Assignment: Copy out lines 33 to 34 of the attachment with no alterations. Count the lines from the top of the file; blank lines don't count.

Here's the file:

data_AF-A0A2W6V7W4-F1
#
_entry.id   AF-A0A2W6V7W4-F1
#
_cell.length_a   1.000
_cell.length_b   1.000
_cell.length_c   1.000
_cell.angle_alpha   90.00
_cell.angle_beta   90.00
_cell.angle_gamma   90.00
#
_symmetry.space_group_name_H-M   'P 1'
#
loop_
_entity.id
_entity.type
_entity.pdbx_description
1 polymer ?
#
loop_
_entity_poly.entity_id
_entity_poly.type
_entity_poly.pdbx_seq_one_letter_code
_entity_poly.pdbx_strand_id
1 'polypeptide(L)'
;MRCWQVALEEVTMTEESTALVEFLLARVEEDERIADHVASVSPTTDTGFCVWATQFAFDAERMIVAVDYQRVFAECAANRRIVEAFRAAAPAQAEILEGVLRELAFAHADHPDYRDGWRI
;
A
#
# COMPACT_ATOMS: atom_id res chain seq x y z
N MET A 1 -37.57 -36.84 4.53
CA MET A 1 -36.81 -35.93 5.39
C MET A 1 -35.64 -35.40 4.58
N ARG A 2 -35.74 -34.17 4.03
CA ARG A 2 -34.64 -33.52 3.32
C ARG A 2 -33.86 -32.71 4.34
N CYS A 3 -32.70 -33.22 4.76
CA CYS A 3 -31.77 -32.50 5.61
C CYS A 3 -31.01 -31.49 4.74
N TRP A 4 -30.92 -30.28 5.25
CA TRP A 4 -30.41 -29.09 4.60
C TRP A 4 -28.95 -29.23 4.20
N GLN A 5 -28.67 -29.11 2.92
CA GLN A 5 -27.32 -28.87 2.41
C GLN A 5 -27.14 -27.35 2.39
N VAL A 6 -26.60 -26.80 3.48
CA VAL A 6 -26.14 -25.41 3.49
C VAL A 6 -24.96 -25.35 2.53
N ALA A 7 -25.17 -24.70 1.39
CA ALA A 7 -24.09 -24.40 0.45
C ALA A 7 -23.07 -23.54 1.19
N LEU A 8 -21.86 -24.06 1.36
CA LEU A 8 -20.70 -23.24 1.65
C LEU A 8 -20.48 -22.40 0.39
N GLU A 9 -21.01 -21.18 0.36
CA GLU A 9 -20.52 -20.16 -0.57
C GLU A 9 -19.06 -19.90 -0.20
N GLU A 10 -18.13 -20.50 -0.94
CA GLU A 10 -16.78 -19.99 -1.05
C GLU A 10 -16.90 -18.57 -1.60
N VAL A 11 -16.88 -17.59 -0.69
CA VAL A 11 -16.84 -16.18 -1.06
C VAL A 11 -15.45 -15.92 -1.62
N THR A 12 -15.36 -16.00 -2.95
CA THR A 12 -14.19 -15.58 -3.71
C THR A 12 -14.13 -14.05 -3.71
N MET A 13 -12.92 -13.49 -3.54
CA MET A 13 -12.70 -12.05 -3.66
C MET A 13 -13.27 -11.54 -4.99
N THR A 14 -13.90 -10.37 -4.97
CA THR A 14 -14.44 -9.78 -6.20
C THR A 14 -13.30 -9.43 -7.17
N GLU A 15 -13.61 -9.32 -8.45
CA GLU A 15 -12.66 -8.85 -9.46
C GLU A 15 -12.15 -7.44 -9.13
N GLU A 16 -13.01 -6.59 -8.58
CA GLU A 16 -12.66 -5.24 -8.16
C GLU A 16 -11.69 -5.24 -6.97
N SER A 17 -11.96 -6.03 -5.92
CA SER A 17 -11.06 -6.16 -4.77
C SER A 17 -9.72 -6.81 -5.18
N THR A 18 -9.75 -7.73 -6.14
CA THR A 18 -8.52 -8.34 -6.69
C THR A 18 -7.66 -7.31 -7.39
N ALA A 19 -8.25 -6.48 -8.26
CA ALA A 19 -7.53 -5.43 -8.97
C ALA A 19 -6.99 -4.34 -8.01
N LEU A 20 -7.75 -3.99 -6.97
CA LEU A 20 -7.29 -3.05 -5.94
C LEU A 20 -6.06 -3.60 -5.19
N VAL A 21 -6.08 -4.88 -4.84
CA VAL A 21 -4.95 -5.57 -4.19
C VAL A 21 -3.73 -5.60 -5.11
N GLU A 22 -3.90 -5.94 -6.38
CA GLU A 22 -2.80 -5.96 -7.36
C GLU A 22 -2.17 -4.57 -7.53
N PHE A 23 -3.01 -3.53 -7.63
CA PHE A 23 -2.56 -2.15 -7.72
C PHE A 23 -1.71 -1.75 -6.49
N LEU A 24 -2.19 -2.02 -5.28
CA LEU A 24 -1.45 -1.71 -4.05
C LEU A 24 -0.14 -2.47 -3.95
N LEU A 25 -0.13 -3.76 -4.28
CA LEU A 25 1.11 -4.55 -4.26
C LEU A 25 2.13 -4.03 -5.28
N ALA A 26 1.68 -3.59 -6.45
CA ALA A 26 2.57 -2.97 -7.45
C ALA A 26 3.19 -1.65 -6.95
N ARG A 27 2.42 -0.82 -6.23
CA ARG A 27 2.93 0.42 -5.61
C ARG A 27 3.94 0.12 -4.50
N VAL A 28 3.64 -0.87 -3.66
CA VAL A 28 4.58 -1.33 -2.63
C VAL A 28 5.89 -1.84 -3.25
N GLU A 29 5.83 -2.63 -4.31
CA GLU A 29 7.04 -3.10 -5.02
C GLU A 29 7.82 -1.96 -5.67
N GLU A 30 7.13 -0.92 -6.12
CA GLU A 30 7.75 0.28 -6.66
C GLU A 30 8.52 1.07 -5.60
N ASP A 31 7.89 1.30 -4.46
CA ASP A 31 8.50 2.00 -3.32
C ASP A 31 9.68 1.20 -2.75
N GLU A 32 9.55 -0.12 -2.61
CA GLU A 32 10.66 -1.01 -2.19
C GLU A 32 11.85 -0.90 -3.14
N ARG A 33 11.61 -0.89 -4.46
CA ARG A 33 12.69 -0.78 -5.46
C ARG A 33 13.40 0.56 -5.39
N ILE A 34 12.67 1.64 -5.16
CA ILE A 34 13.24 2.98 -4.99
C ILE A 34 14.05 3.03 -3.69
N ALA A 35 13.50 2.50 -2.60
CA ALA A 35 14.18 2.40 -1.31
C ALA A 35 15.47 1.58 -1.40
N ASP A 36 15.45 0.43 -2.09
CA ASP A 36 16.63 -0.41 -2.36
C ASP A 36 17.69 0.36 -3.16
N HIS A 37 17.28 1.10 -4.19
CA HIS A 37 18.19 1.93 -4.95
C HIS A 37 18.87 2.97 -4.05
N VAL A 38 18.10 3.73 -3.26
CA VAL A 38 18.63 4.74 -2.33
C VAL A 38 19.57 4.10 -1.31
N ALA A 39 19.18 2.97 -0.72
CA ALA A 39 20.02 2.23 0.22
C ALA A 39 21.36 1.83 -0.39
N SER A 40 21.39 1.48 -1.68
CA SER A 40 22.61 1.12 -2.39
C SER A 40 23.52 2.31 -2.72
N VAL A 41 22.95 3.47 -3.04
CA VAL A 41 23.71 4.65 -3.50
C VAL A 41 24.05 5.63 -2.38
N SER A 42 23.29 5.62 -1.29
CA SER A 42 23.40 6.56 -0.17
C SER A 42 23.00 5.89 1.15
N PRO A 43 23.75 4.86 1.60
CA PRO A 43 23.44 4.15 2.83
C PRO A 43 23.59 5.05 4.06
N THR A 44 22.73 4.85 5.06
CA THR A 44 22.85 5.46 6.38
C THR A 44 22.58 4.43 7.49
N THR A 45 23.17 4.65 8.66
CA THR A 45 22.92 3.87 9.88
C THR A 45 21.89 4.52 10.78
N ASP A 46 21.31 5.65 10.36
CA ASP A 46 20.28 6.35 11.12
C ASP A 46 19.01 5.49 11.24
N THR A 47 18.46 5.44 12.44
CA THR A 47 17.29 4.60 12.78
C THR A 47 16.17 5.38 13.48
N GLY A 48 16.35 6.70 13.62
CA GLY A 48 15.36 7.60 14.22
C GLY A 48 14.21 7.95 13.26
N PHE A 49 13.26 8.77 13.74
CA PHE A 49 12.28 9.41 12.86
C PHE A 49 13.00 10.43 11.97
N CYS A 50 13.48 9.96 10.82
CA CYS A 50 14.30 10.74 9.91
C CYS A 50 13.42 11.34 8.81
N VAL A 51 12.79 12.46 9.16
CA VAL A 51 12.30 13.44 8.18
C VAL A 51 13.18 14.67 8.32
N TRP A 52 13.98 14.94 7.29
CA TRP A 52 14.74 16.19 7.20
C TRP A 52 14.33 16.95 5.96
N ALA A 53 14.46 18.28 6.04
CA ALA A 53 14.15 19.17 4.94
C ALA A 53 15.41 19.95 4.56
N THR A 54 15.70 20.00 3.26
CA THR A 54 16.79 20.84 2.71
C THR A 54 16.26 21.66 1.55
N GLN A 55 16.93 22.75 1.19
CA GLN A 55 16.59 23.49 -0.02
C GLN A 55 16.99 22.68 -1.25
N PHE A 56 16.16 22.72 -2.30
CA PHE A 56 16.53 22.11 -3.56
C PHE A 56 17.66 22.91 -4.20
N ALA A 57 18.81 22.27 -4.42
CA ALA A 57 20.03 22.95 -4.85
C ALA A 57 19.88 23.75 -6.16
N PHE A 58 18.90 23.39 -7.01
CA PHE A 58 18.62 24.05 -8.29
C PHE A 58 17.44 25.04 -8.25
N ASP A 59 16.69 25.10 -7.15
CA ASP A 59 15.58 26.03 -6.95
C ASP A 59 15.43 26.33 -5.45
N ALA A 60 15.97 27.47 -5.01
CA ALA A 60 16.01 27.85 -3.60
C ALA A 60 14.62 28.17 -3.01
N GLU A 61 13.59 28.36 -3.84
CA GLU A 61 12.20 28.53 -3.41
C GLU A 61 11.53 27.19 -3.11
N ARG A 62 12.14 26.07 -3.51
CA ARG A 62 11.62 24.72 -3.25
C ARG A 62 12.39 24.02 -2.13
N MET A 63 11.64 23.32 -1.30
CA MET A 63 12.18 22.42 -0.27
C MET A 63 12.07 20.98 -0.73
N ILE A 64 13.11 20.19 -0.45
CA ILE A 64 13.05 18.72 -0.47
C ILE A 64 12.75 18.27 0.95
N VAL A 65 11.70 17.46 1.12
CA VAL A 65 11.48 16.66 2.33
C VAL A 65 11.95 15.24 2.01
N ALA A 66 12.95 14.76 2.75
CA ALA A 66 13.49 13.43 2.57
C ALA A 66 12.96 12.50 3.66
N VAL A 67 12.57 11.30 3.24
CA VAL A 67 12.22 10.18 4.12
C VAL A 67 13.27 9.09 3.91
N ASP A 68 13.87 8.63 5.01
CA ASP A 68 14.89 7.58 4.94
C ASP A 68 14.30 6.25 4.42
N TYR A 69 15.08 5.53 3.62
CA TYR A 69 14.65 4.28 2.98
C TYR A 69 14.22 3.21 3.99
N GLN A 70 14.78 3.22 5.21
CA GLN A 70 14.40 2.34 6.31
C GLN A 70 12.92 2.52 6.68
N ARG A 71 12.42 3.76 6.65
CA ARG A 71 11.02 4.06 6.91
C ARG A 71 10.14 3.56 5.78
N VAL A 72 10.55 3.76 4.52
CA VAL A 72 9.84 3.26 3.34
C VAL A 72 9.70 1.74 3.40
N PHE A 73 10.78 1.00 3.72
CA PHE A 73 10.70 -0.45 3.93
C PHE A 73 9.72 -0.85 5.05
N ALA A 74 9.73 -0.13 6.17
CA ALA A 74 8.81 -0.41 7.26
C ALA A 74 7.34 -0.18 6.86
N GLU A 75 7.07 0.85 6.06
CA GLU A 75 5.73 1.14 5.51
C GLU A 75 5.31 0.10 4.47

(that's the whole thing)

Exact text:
C MET A 1 -35.64 -35.40 4.58
N ARG A 2 -35.74 -34.17 4.03